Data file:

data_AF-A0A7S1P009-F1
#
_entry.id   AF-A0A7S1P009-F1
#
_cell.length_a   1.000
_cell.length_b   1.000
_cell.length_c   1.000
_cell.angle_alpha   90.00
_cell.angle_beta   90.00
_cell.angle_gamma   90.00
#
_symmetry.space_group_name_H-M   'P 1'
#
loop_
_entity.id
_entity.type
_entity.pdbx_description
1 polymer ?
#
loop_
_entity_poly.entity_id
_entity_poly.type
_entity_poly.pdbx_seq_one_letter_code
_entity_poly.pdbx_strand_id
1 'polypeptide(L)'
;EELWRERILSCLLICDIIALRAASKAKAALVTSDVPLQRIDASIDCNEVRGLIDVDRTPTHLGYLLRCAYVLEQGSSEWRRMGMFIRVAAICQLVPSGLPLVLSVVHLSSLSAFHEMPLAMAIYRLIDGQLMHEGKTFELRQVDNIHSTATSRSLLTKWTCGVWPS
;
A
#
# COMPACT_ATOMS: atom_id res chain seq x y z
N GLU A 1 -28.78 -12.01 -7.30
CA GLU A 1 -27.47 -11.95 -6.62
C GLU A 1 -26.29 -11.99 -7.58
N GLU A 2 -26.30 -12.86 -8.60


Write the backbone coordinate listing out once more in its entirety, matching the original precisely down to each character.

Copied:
data_AF-A0A7S1P009-F1
#
_entry.id   AF-A0A7S1P009-F1
#
_cell.length_a   1.000
_cell.length_b   1.000
_cell.length_c   1.000
_cell.angle_alpha   90.00
_cell.angle_beta   90.00
_cell.angle_gamma   90.00
#
_symmetry.space_group_name_H-M   'P 1'
#
loop_
_entity.id
_entity.type
_entity.pdbx_description
1 polymer ?
#
loop_
_entity_poly.entity_id
_entity_poly.type
_entity_poly.pdbx_seq_one_letter_code
_entity_poly.pdbx_strand_id
1 'polypeptide(L)'
;EELWRERILSCLLICDIIALRAASKAKAALVTSDVPLQRIDASIDCNEVRGLIDVDRTPTHLGYLLRCAYVLEQGSSEWRRMGMFIRVAAICQLVPSGLPLVLSVVHLSSLSAFHEMPLAMAIYRLIDGQLMHEGKTFELRQVDNIHSTATSRSLLTKWTCGVWPS
;
A
#
# COMPACT_ATOMS: atom_id res chain seq x y z
N GLU A 1 -28.78 -12.01 -7.30
CA GLU A 1 -27.47 -11.95 -6.62
C GLU A 1 -26.29 -11.99 -7.58
N GLU A 2 -26.30 -12.86 -8.60